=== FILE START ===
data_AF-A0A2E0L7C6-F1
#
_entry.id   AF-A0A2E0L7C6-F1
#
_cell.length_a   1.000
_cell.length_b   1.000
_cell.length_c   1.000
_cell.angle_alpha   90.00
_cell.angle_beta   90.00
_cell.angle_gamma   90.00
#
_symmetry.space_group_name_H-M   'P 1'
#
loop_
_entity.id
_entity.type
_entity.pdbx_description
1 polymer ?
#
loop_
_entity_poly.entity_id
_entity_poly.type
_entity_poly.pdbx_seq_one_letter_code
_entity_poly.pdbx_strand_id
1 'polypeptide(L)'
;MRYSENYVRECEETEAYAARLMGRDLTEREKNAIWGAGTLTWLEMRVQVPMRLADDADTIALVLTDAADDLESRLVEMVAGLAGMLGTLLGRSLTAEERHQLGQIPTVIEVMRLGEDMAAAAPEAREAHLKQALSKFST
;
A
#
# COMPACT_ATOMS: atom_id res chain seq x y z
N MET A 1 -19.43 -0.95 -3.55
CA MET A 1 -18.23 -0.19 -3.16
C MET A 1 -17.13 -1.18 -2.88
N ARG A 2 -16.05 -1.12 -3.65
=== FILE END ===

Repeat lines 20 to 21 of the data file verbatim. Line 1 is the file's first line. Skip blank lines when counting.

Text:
loop_
_entity_poly.entity_id